It appears that the text-book case of MbP, Beverley Allitt, may be going to appeal on the strength of this story. However, I've heard some details about the evidence against her from pretty close to the horse's mouth, and I really don't see what grounds she has for appeal. Somebody gave these babies huge doses of insulin, and the evidence pointed to that somebody being her. And her motive appeared to be that she liked being at the centre of the big resuscitation fuss, and all that came after it.

Just, do you label this a psychiatric illness, or just plain badness?

So far as the anti-vax lot are concerned, I'm not sure how they are trying to play it. If MbP exists, they won't get too far saying sure, I shook my baby, but it was all to fuel a deep need I had to be the centre of attention. Beverley Allitt may be diagnosed MbP, but she's still in jail. If it doesn't exist, so what? People still harm their children, for all sorts of reasons.

Geni is right, you have to look at each case on its facts. Is there genuine evidence that the parent or carer harmed the child? If so, why? MbP is just another motive, given a fancy psychiatric label. Roy Meadow is now being recognised as someone who was far to ready to assume that parents harm their children on a regular basis, and who put a number of innocent people behind bars (and separated others from their children) on flimsy to non-existent evidence.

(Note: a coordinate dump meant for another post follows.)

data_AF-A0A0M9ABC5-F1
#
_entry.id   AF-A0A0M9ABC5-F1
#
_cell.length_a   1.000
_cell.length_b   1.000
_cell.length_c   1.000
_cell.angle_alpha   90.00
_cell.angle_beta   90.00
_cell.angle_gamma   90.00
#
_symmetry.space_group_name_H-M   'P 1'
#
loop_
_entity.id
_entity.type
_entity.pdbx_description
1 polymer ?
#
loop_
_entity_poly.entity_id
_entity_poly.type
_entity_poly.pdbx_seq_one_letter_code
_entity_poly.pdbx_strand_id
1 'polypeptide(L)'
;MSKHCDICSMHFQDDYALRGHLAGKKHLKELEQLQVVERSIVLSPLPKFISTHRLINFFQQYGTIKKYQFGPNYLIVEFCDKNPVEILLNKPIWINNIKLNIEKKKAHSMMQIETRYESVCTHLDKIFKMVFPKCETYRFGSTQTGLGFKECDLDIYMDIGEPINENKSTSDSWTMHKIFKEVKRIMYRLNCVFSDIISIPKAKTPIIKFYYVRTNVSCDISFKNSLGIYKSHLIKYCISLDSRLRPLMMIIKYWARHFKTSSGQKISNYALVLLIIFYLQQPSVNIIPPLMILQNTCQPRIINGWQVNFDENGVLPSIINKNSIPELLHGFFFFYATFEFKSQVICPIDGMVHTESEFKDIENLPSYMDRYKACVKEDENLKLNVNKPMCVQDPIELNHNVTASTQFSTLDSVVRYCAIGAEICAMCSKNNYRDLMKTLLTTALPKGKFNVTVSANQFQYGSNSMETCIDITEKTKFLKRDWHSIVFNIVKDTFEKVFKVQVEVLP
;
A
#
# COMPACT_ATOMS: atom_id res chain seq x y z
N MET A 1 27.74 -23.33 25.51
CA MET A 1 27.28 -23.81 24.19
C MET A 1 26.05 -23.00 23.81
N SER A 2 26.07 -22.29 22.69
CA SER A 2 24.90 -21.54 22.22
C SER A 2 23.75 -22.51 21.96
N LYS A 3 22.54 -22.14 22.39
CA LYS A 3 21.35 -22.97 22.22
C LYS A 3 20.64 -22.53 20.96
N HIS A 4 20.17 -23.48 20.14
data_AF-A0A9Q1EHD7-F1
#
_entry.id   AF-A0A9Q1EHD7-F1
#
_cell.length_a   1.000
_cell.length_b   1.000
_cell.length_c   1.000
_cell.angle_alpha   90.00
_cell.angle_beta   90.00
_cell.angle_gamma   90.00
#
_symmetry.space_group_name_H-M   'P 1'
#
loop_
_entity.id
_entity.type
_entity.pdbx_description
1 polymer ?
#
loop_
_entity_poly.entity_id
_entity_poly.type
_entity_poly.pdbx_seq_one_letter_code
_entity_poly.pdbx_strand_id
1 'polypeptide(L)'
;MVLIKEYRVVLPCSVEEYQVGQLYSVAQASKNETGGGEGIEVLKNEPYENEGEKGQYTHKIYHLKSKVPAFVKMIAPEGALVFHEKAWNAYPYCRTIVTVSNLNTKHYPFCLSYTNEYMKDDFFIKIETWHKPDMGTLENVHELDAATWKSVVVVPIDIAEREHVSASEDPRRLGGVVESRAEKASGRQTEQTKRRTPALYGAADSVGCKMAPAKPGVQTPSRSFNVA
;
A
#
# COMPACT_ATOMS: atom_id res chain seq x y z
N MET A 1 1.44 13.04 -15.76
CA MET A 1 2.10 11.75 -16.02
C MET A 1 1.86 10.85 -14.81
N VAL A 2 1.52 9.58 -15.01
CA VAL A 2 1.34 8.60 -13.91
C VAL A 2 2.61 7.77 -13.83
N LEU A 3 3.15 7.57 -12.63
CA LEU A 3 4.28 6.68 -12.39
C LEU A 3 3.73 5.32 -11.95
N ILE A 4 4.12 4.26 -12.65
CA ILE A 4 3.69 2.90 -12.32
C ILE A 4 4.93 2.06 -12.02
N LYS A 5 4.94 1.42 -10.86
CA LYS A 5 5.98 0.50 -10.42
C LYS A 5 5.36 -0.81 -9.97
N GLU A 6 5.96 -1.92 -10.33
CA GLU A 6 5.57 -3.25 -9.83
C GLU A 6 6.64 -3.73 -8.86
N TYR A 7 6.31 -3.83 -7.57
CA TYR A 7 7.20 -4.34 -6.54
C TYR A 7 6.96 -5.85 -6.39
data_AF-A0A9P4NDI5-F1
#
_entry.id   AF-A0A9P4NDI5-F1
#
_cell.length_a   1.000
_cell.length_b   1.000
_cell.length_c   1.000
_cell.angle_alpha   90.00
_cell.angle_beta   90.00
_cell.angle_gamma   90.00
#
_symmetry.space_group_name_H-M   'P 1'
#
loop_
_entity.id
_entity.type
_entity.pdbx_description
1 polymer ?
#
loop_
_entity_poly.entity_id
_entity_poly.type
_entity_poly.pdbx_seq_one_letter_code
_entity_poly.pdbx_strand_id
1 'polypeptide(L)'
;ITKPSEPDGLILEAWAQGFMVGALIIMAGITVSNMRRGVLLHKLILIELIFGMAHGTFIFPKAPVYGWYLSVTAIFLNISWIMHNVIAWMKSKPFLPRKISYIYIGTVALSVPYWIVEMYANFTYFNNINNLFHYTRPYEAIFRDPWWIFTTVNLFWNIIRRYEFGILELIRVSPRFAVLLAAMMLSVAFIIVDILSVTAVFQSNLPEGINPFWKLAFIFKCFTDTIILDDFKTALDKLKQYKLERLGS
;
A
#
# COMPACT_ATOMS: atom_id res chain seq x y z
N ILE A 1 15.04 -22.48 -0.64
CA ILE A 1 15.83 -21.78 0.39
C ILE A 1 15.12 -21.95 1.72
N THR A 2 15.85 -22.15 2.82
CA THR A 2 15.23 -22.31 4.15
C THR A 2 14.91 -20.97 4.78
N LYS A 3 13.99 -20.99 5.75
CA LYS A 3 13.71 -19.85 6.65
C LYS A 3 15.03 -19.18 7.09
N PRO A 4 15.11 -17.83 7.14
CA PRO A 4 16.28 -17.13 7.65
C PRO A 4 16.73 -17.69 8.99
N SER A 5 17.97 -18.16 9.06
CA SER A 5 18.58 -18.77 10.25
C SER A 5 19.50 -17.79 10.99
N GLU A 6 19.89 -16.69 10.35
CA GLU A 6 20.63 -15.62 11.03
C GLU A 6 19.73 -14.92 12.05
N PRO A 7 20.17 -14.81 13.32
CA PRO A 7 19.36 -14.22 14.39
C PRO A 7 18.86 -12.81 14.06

But that doesn't mean that nobody has ever harmed a child. Think Victoria Climbié. And it certainly doesn't provide any random child-abuser with a get out of jail free card.


2nd February 2004, 01:28 PM
Remember Rolfe, there are those anti-vax folks who don't believe shaking or dropping will harm your baby.

If Munchausen can be proven, it's a blow against anti-vax for those who hurt their kids to get attention. But for those who deny Munchausen exists, they are left believing (all over again) it's the vaccines.

2nd February 2004, 01:42 PM